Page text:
But it’s not just corporate stock farmers and slaughterhouses that are on PETA’s hit list. Those who engage in hunting and fishing for sport are under scrutiny. From trappers to the runway, the fur industry is definitely in PETA’s crosshairs. Anyone who’s been to a circus has probably seen the group’s fliers pasted up nearby. Even the March of Dimes and AIDS research groups have been attacked by PETA. Another vicious group that PETA targets: milk-drinkers.
In fact, PETA’s mission goes far beyond convincing the meat, fur, and dairy industries to treat animals more humanely. Their guiding principle: Animals are not ours to eat, wear, experiment on, keep penned up, or use for entertainment. The group’s aims are much broader than enforcement of the federal Animal Welfare Act and humane standards. They don’t really want nicer hamburger companies — they want no hamburger companies. “PETA’s objective is not to improve animal welfare but to eliminate meat, poultry and other food of animal origin altogether from the human diet,” read a recent press release from the National Chicken Council. “They desire a totally vegan society and will say or do anything to achieve this objective.”
Some question how much PETA really helps animals — and how much its tactics may actually hurt that cause. Last year, the group raised $17 million, but a PETA spokesperson said the organization probably only physically saved about 200 abandoned or abused animals nationwide — a small fraction of the rescues done by almost any state chapter of the Society for the Prevention of Cruelty to Animals.
One of PETA’s most incendiary campaigns, “Holocaust on Your Plate,’’ compares factory farms to Nazi death camps and dead birds to Holocaust victims. Launched four months ago, the drive links images of emaciated prisoners to bony cattle, men crammed into bunks to chickens packed in cages, a heap of dead humans to a pile of dead pigs.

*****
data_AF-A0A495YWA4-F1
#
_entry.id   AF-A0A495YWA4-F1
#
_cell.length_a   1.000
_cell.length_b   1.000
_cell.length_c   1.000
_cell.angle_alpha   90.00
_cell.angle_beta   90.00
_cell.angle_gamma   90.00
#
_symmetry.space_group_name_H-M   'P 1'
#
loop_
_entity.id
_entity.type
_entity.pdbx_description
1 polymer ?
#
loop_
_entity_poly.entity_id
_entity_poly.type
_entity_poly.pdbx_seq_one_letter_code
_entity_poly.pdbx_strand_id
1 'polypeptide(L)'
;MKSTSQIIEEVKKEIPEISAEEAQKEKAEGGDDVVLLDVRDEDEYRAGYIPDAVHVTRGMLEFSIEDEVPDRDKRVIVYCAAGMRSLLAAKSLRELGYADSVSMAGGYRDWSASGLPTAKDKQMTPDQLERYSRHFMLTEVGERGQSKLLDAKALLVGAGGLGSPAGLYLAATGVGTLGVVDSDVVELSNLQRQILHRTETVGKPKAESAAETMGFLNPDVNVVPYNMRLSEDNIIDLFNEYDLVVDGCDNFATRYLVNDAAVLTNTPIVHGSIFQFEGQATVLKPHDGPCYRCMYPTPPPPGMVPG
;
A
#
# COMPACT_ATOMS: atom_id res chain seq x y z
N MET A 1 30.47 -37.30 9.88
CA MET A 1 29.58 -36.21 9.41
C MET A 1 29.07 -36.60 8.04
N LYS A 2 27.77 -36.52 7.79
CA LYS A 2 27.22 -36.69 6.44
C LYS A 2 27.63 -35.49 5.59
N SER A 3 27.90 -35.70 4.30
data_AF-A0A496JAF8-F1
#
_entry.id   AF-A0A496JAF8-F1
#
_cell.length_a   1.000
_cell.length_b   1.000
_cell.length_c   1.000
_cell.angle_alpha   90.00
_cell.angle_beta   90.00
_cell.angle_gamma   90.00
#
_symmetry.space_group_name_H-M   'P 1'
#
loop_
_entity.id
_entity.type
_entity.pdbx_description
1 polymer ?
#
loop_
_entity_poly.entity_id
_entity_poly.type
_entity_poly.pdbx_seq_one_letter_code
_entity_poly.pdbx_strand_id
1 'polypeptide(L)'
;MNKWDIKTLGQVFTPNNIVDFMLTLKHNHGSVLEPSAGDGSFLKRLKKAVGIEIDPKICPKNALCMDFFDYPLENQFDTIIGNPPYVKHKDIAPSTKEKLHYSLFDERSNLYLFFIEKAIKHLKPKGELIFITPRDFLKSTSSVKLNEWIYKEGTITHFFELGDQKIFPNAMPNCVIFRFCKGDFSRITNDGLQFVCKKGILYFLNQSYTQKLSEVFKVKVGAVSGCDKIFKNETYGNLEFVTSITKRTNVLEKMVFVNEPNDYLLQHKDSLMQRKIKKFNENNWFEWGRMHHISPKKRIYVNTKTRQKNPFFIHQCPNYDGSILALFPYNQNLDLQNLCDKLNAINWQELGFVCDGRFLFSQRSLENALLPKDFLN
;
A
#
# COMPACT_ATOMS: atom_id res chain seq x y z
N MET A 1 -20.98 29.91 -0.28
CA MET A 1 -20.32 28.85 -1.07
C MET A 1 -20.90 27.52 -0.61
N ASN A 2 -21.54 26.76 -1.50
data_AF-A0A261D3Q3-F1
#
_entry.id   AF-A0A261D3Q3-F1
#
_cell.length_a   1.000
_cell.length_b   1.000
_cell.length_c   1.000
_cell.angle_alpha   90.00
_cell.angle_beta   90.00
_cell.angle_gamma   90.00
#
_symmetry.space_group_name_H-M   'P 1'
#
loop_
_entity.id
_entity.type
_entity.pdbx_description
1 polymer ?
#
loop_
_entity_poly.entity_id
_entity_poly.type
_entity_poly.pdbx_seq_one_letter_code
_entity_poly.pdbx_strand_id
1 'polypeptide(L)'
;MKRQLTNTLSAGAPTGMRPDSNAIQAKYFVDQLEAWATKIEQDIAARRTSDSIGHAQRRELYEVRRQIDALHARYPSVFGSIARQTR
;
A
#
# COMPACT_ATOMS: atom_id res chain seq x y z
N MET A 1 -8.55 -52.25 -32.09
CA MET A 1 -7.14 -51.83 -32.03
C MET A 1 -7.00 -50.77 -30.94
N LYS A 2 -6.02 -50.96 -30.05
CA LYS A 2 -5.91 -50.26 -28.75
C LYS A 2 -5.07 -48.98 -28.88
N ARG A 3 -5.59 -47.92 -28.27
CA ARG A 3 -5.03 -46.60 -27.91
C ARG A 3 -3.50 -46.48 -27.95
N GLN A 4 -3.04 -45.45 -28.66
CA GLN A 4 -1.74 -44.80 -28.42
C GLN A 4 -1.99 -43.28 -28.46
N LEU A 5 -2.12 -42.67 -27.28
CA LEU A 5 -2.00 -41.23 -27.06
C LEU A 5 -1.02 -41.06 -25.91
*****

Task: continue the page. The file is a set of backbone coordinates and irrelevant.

The Anti-Defamation League denounced the campaign as abhorrent for trivializing the murder of six million Jews. PETA literature that suggests Holocaust survivors approve of the campaign is “outrageous, offensive and taking chutzpah to new heights,” the ADL said.
Ingrid Newkirk, a founder and current president of PETA, makes no apologies for any of her group’s tactics or beliefs. In an April 2002 U.S. News & World Report article, Newkirk said that unpleasant tactics seem to work best.
“We ask nicely for years and get nothing,” she said. “Someone makes a threat, and it works.”
A search for the truth about PETA’s claims and tactics can be a long journey. Skeptics who log onto the group’s web site are likely to be, at first, disgusted and shocked at what PETA says the meat industries and others are doing to animals. But opponents say PETA scare tactics rely on outdated and sometimes false information. PETA, in turn, tends to accuse anyone who opposes them of being paid by the meat industry, or otherwise being part of a conspiracy. But the experts that PETA relies on seem to have equally questionable agendas regarding animal rights or veganism (the practice or philosophy of eliminating all animal products — milk, cheese, eggs, leather, feathers — or use from one’s life).
PETA began its major fast-food campaigns in 1997 after McDonald’s won a highly publicized libel suit in London against protesters who accused the company of a host of corporate sins. The victory was bitter, however. The British High Court judge ruled that McDonald’s was “culpably responsible for cruel practices” in the raising of food animals, including starving chickens to increase their egg production. The case inspired PETA’s campaign against the company.
PETA negotiated with McDonald’s, then declared “war” in October of 1999. On its list of demands: that the company give chickens more living space, improve transport and slaughter standards, and re-evaluate the “gestation stalls” where breeding sows are kept.